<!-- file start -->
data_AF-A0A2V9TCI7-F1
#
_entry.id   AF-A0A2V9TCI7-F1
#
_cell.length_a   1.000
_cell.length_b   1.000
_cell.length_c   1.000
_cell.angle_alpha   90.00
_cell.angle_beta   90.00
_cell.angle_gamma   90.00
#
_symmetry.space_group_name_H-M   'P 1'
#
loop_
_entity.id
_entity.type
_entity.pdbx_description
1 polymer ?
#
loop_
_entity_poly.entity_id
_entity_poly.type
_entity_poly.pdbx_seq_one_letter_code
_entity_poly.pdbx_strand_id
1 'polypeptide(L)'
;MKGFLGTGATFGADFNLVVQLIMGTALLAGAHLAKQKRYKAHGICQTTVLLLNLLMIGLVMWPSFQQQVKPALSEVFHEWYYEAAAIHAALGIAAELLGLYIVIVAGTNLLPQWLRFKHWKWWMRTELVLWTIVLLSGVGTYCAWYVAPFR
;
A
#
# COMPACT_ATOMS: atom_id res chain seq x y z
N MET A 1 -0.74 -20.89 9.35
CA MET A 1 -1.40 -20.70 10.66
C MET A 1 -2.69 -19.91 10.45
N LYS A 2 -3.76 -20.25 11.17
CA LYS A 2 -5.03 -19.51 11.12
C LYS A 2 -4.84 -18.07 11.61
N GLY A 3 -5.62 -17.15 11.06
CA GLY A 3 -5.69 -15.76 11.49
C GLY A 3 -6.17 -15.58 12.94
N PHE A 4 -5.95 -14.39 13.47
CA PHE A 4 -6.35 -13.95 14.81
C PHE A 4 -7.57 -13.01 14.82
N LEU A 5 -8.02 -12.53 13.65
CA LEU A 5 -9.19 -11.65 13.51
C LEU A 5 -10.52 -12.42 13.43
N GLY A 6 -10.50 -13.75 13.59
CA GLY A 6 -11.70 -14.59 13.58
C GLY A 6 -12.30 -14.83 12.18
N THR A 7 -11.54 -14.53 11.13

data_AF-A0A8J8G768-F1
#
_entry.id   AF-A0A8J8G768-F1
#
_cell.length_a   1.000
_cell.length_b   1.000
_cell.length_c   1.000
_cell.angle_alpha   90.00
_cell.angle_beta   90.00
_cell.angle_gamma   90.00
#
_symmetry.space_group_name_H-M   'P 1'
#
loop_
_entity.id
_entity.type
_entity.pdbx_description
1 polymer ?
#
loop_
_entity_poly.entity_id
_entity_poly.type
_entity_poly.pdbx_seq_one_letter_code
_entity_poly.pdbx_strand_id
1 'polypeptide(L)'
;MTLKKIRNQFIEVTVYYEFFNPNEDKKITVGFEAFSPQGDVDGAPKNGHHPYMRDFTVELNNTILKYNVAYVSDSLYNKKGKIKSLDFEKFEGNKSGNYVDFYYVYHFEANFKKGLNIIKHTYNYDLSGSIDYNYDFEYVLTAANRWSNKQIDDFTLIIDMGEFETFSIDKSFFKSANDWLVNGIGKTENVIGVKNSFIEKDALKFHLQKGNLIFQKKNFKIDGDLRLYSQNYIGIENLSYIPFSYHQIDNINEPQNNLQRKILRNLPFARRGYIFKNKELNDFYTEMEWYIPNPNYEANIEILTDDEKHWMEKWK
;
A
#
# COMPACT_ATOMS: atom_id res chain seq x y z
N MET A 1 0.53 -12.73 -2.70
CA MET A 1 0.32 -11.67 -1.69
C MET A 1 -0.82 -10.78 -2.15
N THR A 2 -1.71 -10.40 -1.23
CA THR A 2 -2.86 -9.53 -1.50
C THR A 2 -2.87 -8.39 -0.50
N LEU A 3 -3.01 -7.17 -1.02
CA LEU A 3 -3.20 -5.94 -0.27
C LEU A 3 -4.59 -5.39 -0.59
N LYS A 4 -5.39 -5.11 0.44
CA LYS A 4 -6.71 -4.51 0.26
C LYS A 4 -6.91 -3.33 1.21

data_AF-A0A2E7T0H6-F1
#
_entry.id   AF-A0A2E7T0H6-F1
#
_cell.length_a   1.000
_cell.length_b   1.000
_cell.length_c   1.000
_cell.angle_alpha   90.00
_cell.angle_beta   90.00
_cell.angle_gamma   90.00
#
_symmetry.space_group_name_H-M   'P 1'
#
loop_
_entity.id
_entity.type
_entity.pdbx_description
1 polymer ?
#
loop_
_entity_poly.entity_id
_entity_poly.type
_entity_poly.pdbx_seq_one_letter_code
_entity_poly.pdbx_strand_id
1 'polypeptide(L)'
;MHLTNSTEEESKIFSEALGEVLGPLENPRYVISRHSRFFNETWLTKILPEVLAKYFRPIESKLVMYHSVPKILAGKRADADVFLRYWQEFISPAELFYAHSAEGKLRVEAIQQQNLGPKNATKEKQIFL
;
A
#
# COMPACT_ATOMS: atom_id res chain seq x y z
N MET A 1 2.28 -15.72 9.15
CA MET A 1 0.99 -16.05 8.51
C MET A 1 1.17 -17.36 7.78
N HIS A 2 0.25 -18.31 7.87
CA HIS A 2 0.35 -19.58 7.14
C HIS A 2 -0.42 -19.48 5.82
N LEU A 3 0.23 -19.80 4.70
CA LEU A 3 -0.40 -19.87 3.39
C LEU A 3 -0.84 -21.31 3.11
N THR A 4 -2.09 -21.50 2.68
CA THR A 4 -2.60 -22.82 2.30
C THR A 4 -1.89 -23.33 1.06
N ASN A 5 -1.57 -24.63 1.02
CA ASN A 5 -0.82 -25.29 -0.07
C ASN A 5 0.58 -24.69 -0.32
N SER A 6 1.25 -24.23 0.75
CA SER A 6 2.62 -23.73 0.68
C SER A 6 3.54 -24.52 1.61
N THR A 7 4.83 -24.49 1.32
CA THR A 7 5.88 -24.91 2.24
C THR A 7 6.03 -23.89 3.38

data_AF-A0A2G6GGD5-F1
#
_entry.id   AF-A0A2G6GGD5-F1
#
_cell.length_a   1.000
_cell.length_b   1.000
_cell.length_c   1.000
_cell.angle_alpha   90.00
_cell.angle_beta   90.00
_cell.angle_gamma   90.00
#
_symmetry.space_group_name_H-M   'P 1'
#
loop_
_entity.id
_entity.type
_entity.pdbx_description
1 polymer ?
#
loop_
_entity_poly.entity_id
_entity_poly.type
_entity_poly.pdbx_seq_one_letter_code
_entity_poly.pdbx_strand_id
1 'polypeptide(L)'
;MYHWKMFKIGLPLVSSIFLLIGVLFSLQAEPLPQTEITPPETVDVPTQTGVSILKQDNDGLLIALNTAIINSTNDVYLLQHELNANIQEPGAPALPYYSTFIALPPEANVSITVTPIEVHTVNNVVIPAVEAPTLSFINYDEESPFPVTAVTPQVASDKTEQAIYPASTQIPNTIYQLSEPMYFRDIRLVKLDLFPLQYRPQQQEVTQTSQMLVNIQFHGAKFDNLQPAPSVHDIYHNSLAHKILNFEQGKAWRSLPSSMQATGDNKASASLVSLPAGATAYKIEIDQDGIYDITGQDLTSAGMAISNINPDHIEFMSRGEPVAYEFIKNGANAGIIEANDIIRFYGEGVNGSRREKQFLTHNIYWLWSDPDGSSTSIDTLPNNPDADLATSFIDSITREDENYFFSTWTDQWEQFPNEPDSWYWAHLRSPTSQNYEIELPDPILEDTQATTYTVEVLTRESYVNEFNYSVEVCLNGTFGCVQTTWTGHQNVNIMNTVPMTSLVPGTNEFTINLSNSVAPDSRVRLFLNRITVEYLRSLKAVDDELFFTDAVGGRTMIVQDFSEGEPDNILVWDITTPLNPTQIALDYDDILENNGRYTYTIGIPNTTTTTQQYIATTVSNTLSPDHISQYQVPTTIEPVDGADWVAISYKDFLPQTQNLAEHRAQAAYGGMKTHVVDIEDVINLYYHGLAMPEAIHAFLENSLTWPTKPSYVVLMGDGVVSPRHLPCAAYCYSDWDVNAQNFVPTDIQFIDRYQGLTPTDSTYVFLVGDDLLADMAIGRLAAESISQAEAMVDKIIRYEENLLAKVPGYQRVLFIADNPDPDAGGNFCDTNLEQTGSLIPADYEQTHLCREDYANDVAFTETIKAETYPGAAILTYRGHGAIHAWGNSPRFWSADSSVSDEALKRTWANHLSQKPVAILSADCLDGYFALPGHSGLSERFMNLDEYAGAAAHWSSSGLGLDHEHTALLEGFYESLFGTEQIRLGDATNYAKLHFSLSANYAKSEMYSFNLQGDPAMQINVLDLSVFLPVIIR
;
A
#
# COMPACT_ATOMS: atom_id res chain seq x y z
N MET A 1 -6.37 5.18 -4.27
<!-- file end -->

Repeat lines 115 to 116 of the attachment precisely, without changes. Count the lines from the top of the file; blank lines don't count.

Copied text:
_entity_poly.pdbx_strand_id
1 'polypeptide(L)'